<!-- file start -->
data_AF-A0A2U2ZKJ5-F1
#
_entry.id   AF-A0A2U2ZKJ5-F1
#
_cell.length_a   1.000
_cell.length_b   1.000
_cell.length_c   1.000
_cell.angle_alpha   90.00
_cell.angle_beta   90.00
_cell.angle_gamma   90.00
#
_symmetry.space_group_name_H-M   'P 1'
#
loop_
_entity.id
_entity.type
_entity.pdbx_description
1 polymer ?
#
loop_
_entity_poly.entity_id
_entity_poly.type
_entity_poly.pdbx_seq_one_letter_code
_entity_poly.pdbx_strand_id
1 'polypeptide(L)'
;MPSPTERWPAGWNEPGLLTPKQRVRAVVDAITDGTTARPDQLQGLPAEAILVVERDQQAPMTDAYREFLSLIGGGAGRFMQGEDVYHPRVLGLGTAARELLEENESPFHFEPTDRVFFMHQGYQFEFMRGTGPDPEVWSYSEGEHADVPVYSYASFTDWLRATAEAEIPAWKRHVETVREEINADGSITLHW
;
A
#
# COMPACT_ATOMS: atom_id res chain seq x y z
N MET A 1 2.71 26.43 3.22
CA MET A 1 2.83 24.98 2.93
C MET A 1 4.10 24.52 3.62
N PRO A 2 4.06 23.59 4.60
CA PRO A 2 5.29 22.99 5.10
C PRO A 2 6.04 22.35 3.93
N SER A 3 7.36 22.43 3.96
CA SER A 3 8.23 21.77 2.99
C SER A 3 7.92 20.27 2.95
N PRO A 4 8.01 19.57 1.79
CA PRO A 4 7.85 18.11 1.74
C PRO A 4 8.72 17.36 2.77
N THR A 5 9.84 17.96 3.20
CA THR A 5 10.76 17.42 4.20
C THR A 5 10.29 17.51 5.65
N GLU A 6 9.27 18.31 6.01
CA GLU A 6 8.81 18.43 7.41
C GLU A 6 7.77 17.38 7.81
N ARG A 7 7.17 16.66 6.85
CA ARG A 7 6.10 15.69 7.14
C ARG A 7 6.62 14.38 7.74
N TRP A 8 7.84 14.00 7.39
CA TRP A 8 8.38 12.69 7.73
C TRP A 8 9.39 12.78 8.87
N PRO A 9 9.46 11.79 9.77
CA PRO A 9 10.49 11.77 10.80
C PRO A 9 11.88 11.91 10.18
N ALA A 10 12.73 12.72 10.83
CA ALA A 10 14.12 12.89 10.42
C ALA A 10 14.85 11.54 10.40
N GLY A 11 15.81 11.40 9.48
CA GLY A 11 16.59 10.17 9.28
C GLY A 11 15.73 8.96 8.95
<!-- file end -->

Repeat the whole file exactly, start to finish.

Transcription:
data_AF-A0A2U2ZKJ5-F1
#
_entry.id   AF-A0A2U2ZKJ5-F1
#
_cell.length_a   1.000
_cell.length_b   1.000
_cell.length_c   1.000
_cell.angle_alpha   90.00
_cell.angle_beta   90.00
_cell.angle_gamma   90.00
#
_symmetry.space_group_name_H-M   'P 1'
#
loop_
_entity.id
_entity.type
_entity.pdbx_description
1 polymer ?
#
loop_
_entity_poly.entity_id
_entity_poly.type
_entity_poly.pdbx_seq_one_letter_code
_entity_poly.pdbx_strand_id
1 'polypeptide(L)'
;MPSPTERWPAGWNEPGLLTPKQRVRAVVDAITDGTTARPDQLQGLPAEAILVVERDQQAPMTDAYREFLSLIGGGAGRFMQGEDVYHPRVLGLGTAARELLEENESPFHFEPTDRVFFMHQGYQFEFMRGTGPDPEVWSYSEGEHADVPVYSYASFTDWLRATAEAEIPAWKRHVETVREEINADGSITLHW
;
A
#
# COMPACT_ATOMS: atom_id res chain seq x y z
N MET A 1 2.71 26.43 3.22
CA MET A 1 2.83 24.98 2.93
C MET A 1 4.10 24.52 3.62
N PRO A 2 4.06 23.59 4.60
CA PRO A 2 5.29 22.99 5.10
C PRO A 2 6.04 22.35 3.93
N SER A 3 7.36 22.43 3.96
CA SER A 3 8.23 21.77 2.99
C SER A 3 7.92 20.27 2.95
N PRO A 4 8.01 19.57 1.79
CA PRO A 4 7.85 18.11 1.74
C PRO A 4 8.72 17.36 2.77
N THR A 5 9.84 17.96 3.20
CA THR A 5 10.76 17.42 4.20
C THR A 5 10.29 17.51 5.65
N GLU A 6 9.27 18.31 6.01
CA GLU A 6 8.81 18.43 7.41
C GLU A 6 7.77 17.38 7.81
N ARG A 7 7.17 16.66 6.85
CA ARG A 7 6.10 15.69 7.14
C ARG A 7 6.62 14.38 7.74
N TRP A 8 7.84 14.00 7.39
CA TRP A 8 8.38 12.69 7.73
C TRP A 8 9.39 12.78 8.87
N PRO A 9 9.46 11.79 9.77
CA PRO A 9 10.49 11.77 10.80
C PRO A 9 11.88 11.91 10.18
N ALA A 10 12.73 12.72 10.83
CA ALA A 10 14.12 12.89 10.42
C ALA A 10 14.85 11.54 10.40
N GLY A 11 15.81 11.40 9.48
CA GLY A 11 16.59 10.17 9.28
C GLY A 11 15.73 8.96 8.95